Matt Crowley/The AS Review
There will be no shortage of entertainment at Western this week, with two Underground Coffeehouse shows and the annual Higginson Festival of Music (HigFOM – see page 5) bringing a multitude of bands through campus. At 8 p.m. on Wednesday, May 5, The Spencer Goll Band will open for Seattle folksters Noah Gunderson and The Courage. Two days later, on Friday, May 7 at 8 p.m., experimentalists Garage Voice will play the Coffeehouse, followed by HigFOM on Saturday, May 8, beginning at 3 p.m.
Noah Gundersen, along with his sister Abby, started NG and TC in late 2005 in Centralia, Wash. The band is led by the siblings, along with Ivan Gunderson (no relation) and Travis Ehrentrom. Despite their small beginnings, a tour of Washington and Oregon left the group with a burgeoning fan base. Noah Gundersen recorded his first album, “Brand New World” and released it in 2008.
“They had connections with The Spencer Goll Band, who we originally booked,” ASP Underground Coffeehouse Assistant Coordinator Lora Mednick said. “We thought it would be a good show and it kind of worked out through the network.”
Since then the band has released two albums and seen their popularity skyrocket. “Saints & Liars,” their most recent album, has been hailed by numerous local publications, including Seattle Weekly. However, the band has been relatively dormant during 2010. They hope to resume touring this summer.
ASP Underground Coffeehouse Coordinator Nick Duncan isn’t lying when he says NG and TC is very much “in-line” with the atmosphere of the Coffeehouse. Reviews of “Saints & Liars” pelted Gundersen with comparisons to Pedro the Lion, Damien Rice and even the late Jeff Buckley. Personally, I think that’s a little much. But it shouldn’t discredit the fact that like those artists, Gundersen does an excellent job of conveying emotion. Gundersen isn’t afraid to bring religion into the mix as well, and much like Pedro the Lion and Jeff Buckley, he is able to use it to his advantage without alienating those who aren’t religious.
The Spencer Goll Band will open for NG and TC, bringing light pop rock in the vein of ’90s bands like Yo La Tengo and The Weakerthans. Leader Spencer Goll certainly evokes shades of The Weakerthans’ John K. Samson, straining his voice with every syllable.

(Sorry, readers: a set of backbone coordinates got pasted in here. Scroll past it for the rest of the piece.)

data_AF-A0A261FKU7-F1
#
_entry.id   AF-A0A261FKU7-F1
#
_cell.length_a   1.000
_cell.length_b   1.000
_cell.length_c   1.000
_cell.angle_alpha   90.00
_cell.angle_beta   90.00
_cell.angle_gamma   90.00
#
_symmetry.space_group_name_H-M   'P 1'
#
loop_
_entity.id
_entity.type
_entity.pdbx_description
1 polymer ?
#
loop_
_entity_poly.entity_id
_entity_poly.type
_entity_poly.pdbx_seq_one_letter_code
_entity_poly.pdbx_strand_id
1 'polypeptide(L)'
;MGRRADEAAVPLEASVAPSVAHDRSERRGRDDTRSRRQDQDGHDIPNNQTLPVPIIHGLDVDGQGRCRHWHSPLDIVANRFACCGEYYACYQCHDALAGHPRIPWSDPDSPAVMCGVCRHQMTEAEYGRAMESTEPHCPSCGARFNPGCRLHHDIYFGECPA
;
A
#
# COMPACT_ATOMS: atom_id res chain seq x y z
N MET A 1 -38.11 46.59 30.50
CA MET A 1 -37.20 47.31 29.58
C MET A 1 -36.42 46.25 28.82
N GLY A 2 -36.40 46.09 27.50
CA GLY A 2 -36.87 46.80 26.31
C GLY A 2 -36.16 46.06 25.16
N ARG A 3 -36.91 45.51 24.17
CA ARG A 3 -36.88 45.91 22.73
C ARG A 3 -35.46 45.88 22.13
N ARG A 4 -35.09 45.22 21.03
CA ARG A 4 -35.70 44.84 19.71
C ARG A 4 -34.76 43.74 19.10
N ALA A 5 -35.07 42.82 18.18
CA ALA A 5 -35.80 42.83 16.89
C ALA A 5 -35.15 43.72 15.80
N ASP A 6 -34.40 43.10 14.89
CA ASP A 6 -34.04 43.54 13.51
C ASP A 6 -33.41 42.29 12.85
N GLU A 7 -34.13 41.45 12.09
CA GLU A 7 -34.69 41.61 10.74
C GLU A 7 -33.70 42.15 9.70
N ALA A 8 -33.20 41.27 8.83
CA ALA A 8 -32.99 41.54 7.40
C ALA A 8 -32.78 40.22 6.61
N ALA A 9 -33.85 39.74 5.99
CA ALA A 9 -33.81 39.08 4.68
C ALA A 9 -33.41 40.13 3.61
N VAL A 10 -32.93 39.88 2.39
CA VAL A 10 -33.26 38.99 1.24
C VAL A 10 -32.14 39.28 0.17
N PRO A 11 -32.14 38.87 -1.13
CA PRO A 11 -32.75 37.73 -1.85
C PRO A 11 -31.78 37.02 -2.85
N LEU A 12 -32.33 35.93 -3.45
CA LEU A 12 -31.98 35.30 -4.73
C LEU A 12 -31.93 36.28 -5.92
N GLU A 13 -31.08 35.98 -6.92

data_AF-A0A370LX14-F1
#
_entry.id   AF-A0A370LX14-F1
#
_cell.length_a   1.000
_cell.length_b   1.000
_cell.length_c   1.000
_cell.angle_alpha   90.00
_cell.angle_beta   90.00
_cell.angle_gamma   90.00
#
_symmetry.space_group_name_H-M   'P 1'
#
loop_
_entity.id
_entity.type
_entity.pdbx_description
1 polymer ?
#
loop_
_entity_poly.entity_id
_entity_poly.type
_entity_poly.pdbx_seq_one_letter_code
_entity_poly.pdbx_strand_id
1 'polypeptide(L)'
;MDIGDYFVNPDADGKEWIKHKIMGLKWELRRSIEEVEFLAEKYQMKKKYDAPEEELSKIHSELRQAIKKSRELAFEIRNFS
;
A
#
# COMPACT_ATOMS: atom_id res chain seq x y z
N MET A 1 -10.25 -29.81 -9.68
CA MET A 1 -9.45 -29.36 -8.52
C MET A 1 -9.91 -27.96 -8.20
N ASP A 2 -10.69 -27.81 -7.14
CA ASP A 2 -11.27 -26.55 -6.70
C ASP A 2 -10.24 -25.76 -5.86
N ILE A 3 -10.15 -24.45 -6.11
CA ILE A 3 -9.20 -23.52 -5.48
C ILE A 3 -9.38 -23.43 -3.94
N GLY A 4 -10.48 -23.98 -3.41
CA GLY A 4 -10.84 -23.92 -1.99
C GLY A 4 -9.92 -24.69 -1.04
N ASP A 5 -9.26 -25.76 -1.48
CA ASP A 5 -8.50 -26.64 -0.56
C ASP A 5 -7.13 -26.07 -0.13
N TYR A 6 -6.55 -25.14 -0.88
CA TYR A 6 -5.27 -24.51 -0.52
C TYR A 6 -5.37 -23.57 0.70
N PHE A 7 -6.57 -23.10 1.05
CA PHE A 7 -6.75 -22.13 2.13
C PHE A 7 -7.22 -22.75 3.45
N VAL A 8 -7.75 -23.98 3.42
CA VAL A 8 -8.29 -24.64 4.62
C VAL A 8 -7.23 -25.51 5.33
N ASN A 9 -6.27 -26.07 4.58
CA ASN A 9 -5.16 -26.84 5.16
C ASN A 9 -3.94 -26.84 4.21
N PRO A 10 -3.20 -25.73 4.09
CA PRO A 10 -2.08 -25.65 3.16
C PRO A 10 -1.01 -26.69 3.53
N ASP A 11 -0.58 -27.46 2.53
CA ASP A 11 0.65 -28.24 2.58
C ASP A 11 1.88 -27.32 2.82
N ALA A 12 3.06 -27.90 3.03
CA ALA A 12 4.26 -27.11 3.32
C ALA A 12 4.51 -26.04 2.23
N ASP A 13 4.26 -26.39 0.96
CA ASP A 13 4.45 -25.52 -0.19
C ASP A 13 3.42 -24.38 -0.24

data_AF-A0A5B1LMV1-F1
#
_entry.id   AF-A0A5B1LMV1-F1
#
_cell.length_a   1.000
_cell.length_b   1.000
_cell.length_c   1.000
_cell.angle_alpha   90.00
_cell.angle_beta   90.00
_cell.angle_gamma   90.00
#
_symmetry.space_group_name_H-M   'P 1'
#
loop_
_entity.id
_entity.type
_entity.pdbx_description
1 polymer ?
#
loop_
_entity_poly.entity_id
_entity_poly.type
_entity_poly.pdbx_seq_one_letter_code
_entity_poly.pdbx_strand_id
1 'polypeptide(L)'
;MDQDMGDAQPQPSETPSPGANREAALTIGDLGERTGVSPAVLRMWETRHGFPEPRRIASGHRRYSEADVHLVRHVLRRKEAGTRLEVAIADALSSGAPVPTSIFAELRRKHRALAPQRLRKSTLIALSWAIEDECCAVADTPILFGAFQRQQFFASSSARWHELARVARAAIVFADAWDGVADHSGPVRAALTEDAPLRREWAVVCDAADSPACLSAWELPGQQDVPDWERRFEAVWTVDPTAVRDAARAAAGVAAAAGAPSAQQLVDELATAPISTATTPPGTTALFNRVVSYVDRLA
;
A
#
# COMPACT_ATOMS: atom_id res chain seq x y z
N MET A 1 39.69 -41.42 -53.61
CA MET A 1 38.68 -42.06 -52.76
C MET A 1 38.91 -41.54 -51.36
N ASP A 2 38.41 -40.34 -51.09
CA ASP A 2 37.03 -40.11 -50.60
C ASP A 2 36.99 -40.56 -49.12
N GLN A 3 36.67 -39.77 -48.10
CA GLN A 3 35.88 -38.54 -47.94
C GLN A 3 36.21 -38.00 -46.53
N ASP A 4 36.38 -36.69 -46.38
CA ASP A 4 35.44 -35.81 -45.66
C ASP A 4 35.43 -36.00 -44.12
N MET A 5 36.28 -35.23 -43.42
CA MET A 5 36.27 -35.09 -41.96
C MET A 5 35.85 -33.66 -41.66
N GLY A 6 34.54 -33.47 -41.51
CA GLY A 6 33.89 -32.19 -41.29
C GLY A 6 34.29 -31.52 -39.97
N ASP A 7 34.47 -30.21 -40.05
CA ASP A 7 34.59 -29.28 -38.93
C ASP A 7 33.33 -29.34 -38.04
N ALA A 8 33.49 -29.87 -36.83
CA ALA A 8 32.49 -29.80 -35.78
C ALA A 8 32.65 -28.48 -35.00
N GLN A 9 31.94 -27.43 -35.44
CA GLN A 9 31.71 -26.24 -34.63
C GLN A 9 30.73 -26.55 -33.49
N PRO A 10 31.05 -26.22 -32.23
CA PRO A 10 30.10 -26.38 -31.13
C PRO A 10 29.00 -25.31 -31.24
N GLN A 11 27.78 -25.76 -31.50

Their first album, “Something New,” was released in 2008. The band is currently working on releasing their second album, “This Time Tomorrow,” sometime in May.
“They played for the Noise Pollution Club and were well received,” Mednick said. Goll attended Western before transferring to the University of Washington this quarter and many members of the band have played open mics at the Coffeehouse as well.
Friday’s act, Garage Voice, looks like what would happen if Fleet Foxes went to an Ivy League school. Despite the fact that they look like Vampire Weekend, the melodies, whisper-like cymbal crashes and grungy guitar progressions of a Northwest folk band are all there.
“I really like how poppy they are,” Mednick said. “It’s interesting that they are from Seattle. … Not living there, I’m curious to see how they are received there. They should find a good audience here in Bellingham.”
In “Loud as Miracles,” comparisons to Fleet Foxes are certainly deserved. An instrument-less three-part melody opens the song, pleading “Lord, I wanna be gracious, let this blind man see.” As the guitars groan their way into the song, the melody continues, building before a Woodstock-worthy solo a third of the way into the song. It’s like Woodstock, but with more flannel.
Again, religious themes are prevalent in Garage Voice’s music. But much in the way other folk bands use similar themes, the end result is far from Creed-status worshipping. Instead, references to Jesus and the Bible convey messages of faith and doubt without being too preachy.
The band just released their third album, “Freeze and Thaw,” and are currently touring the lower West Coast before heading back north. The album was recorded last summer during one of the hottest recorded weeks in Seattle’s history in a home with closed windows and no fans.
There is only a month left of shows, so enjoy them while you can. As always, they are free and open to the public.